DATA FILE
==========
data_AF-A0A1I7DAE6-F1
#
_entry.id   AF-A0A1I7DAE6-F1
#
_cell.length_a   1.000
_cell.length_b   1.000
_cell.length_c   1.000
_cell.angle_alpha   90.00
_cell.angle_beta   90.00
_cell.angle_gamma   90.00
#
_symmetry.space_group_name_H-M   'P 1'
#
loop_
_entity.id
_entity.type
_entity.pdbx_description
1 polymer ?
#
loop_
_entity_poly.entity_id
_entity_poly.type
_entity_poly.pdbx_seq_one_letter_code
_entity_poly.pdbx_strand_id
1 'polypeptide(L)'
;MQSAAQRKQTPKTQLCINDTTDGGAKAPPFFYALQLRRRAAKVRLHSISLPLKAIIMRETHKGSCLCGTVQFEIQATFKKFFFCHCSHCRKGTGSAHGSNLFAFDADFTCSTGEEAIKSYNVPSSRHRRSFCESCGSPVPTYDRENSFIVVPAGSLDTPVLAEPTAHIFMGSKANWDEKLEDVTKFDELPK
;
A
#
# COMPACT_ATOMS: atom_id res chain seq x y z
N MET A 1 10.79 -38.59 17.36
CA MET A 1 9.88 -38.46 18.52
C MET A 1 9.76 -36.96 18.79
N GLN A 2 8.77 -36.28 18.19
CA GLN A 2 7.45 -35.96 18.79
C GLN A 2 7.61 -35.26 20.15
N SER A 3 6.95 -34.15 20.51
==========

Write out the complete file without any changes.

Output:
data_AF-A0A1I7DAE6-F1
#
_entry.id   AF-A0A1I7DAE6-F1
#
_cell.length_a   1.000
_cell.length_b   1.000
_cell.length_c   1.000
_cell.angle_alpha   90.00
_cell.angle_beta   90.00
_cell.angle_gamma   90.00
#
_symmetry.space_group_name_H-M   'P 1'
#
loop_
_entity.id
_entity.type
_entity.pdbx_description
1 polymer ?
#
loop_
_entity_poly.entity_id
_entity_poly.type
_entity_poly.pdbx_seq_one_letter_code
_entity_poly.pdbx_strand_id
1 'polypeptide(L)'
;MQSAAQRKQTPKTQLCINDTTDGGAKAPPFFYALQLRRRAAKVRLHSISLPLKAIIMRETHKGSCLCGTVQFEIQATFKKFFFCHCSHCRKGTGSAHGSNLFAFDADFTCSTGEEAIKSYNVPSSRHRRSFCESCGSPVPTYDRENSFIVVPAGSLDTPVLAEPTAHIFMGSKANWDEKLEDVTKFDELPK
;
A
#
# COMPACT_ATOMS: atom_id res chain seq x y z
N MET A 1 10.79 -38.59 17.36
CA MET A 1 9.88 -38.46 18.52
C MET A 1 9.76 -36.96 18.79
N GLN A 2 8.77 -36.28 18.19
CA GLN A 2 7.45 -35.96 18.79
C GLN A 2 7.61 -35.26 20.15
N SER A 3 6.95 -34.15 20.51